Early June is about as paradisical as North Carolina gets.  There are thousands of flowers around me– probably a hundred roses that I can see from my kitchen window.  The first tomatoes have just appeared in the garden.   There are glossy eggplants and cool cucumbers.  It’s steamy and overwhelming at midday, but gentle and ravishing at 7a.m.  I often end up planning a trip to somewhere else in June, and missing a portion of this time.  What bad planning I always end up telling myself.

The Ruin has reached a lovely state of maturity.  The rock walls I built last summer now mark the borders of a couple of painterly and colorful beds– one filled with organic and heirloom vegetables, and one with flowering plants.  I’m puttering with some antique sections of iron fencing, trying to give the Ruin  a sense of enclosure.  More and more my entertainments end up in the Ruin.  It has an irresistable pull.  A couple of weeks ago friends from Greensboro came for supper and we started there, evolving into the dining room, and finishing out the evening on the front porch.  I read an article about the guy who came up with the idea for The Moth, on public radio.  He had great memories of story telling on a screened porch in the south on summer evenings, and transplanted it to NYC and public radio.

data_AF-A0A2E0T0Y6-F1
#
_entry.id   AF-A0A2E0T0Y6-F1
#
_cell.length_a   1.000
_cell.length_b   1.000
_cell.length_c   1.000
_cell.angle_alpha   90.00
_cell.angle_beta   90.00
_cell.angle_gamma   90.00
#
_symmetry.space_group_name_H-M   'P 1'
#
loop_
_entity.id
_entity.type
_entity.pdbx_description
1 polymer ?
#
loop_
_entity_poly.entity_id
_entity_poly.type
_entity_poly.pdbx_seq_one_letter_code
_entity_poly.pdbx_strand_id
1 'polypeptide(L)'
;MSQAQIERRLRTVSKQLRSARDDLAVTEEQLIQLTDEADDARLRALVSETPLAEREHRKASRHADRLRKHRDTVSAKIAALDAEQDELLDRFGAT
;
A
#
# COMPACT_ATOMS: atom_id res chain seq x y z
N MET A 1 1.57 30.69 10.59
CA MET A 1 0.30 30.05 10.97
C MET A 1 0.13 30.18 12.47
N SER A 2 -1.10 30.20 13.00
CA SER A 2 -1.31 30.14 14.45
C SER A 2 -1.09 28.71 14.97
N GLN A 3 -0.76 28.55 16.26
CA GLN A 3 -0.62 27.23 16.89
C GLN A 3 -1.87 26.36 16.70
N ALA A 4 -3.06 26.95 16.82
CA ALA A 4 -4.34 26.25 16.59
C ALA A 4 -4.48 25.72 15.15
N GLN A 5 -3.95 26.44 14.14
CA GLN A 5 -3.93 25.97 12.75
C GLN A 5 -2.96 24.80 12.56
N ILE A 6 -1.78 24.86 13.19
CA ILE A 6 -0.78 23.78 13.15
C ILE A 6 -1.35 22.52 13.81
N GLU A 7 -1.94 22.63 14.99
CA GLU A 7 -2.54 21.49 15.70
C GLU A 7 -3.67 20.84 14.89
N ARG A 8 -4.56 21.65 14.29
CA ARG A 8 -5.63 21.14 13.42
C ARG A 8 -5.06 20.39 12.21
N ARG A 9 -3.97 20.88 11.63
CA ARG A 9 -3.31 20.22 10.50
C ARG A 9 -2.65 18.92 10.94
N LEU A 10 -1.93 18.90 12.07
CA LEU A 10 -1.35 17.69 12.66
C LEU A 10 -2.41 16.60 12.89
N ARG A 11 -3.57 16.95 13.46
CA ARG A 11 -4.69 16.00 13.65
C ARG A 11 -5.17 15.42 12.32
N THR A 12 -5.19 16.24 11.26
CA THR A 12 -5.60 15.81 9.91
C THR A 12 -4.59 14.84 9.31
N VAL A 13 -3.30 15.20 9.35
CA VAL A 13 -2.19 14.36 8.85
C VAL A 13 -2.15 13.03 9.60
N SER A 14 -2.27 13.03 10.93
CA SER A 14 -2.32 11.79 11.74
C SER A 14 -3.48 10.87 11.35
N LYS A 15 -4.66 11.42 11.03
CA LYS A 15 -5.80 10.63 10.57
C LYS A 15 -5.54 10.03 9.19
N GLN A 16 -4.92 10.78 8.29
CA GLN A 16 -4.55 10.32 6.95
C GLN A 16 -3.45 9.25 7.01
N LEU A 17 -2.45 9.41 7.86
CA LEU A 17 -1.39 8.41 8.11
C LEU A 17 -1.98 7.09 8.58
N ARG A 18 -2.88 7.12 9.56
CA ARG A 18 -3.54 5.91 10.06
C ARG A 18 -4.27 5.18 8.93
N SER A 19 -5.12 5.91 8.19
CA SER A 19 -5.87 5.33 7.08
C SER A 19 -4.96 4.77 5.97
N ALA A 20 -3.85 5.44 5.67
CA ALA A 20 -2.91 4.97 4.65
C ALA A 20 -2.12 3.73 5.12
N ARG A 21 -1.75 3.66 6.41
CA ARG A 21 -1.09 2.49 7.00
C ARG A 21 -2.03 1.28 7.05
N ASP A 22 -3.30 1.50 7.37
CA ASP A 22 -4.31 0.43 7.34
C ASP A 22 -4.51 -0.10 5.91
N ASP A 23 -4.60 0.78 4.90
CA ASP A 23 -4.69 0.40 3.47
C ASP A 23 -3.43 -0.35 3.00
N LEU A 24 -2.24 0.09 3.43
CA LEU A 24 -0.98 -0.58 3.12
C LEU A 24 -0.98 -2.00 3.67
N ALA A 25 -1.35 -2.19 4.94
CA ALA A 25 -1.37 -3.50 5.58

I share those great memories, adults rocking in a half dozen big old oak rockers, while the children played leapfrog on the lawn and caught lightnin’ bugs (not “fireflies”– lightnin’ bugs ).  I decided to rededicate my front porch to story telling.  So I told my dinner guests to bring a story.  I’m finding we’re a bit rusty in the story telling department, but I intend to work on that.  You think up a great story and so will I.  And next time we’re sitting somewhere in the semi-darkness of a summer evening, let’s bring it out and try it on our friends.  Let’s keep all the good stories, and more importantly, the tradition of telling the stories, alive, whether we’re sitting in a roof garden in the city,  beside a campfire in the forest, or in a rocker on an old front porch.